Our executive offices are located at 2120 Colorado Ave., Suite 100, Santa Monica, California 90404-3504 USA. Our registered and records offices are located at 1600, 407 - 2nd Street S.W., Calgary, Alberta, Canada T2P 2Y3. We also maintain offices at 8 Brodie Hall Drive, Bentley, Western Australia 6102.

Organizational Structure

         We have three wholly-owned subsidiaries, Dynamic Digital Depth Australia Pty. Ltd., Dynamic Digital Depth Research Pty. Ltd. and Dynamic Digital Depth USA, Inc. As of the date of this prospectus, we carry on business and hold our principal assets through our subsidiaries.

         Dynamic Digital Depth Research Pty. Ltd. is the registered owner of the patent rights to 3D display technology and subsequent inventions and improvements in the field of stereoscopic 3D. Dynamic Digital Depth Australia Pty. Ltd. was formed with the purpose of acquiring an exclusive worldwide marketing license to the patented autostereoscopic 3D display technology from Dynamic Digital Depth Research Pty. Ltd. Dynamic Digital Depth USA, Inc. is engaged in the marketing and support of our products and services in North and South America.

Industry Background

         The earliest functional 3D devices were developed during the 19th century. Since that time, there have been considerable efforts to develop various 3D applications, however these have met with limited commercial success. We believe that the key factor limiting commercial success has been the lack of 3D content and effective delivery systems. We have focused our research and development efforts on addressing these requirements by developing a complete end-to-end solution. We are addressing content issues through conversion technologies that will permit existing 2D film and video libraries to be cost-effectively converted to 3D. We are also addressing delivery through a range of technologies permitting distribution through the Internet, cable, satellite and terrestrial broadcast.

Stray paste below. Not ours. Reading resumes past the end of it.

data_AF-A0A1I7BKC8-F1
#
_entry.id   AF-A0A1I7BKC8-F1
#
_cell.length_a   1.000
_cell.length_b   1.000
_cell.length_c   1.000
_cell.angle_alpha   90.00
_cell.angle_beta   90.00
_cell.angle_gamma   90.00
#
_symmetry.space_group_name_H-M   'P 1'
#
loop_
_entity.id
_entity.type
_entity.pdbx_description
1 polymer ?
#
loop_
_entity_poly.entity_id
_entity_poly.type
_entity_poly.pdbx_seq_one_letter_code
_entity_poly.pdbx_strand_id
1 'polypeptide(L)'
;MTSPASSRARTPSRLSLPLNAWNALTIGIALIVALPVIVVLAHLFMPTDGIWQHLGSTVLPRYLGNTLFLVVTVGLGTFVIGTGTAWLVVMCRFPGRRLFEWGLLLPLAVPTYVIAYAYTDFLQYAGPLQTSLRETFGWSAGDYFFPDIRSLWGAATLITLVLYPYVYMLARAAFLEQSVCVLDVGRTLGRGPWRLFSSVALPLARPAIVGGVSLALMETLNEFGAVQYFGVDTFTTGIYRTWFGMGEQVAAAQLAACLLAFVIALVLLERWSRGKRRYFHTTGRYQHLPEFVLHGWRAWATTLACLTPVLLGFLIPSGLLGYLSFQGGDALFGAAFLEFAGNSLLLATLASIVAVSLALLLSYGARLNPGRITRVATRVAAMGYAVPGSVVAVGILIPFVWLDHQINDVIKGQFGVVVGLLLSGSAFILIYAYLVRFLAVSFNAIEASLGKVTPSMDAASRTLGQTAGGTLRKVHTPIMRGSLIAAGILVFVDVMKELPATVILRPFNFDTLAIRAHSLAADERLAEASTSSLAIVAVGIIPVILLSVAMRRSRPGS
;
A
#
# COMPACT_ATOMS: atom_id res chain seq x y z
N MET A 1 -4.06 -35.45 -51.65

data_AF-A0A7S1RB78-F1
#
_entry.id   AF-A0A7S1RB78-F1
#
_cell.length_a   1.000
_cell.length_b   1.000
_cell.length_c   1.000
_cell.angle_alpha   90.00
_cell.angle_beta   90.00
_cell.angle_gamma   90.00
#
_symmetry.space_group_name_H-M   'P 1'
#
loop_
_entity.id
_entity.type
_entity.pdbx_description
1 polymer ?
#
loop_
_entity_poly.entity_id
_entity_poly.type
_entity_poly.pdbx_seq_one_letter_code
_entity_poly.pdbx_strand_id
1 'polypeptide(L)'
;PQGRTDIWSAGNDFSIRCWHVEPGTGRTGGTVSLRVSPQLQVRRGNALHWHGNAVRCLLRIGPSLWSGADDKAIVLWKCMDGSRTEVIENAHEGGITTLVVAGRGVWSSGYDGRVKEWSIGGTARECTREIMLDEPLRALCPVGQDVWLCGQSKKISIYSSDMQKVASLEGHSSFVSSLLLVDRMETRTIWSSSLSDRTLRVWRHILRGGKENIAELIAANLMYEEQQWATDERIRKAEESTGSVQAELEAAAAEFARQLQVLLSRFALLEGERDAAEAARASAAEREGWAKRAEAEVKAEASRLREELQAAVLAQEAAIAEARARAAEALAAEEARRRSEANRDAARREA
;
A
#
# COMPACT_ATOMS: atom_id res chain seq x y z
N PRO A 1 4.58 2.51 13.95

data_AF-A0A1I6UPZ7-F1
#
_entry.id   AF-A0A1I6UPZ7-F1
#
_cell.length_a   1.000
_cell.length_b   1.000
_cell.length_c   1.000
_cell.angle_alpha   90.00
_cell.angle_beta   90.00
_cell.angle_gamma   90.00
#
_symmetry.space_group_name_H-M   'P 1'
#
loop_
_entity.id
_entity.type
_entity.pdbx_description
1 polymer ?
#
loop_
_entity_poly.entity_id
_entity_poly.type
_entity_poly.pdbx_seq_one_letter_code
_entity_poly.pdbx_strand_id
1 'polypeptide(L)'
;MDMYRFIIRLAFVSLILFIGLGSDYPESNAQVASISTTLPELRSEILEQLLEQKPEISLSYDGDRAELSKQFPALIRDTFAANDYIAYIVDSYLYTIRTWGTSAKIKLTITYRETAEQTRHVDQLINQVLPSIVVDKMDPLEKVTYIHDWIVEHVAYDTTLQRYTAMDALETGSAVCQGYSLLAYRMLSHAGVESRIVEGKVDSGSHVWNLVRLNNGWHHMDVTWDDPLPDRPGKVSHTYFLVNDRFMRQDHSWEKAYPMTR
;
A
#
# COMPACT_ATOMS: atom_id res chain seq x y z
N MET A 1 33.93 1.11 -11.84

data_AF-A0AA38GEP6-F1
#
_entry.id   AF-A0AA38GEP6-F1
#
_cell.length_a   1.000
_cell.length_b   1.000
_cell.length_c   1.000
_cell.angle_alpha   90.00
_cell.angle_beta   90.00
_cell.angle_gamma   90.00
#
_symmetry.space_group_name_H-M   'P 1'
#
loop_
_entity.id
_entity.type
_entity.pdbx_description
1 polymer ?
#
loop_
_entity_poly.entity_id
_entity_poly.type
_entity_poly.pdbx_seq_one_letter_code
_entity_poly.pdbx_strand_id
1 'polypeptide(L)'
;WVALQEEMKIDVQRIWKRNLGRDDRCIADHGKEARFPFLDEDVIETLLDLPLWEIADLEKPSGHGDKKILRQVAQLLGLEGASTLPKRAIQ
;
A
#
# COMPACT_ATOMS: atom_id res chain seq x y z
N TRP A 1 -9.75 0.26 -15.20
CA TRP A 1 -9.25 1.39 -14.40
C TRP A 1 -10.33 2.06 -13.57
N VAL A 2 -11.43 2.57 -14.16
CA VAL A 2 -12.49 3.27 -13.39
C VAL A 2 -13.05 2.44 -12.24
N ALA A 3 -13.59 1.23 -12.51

The most common application of 3D technology has been in the entertainment industry. During the 1950's, red and green "anaglyph" glasses were used for viewing 3D "black and white" films. The use of glasses to view 3D entertainment has continued in recent years, but viewers have still had to contend with limited content.

         The application of 3D technology has attained our greatest commercial success in giant screen "IMAX®" 3D films and 3D theme park rides and attractions. These films have been made using twin camera 3D technology manufactured by IMAX® and iWERKS Entertainment, Inc. Filming with twin camera 3D technology carries a comparatively high cost of filming and limits the shots that can be created by the film maker due to the physical equipment size and calibration requirements. Accordingly, even IMAX® 3D theaters have a limited amount of content that is both time consuming and expensive to produce. According to reports filed by IMAX with the Securities and Exchange Commission, as of December 31, 1999, of its installed base of 208 theatres, 83, or approximately 40% are 3D capable. All but six of the 77 theatres in IMAX' reported backlog as of that date are listed as 3D capable theatres. According to published industry statistics, in 1999, over 70 million people attended a theater using the IMAX® system.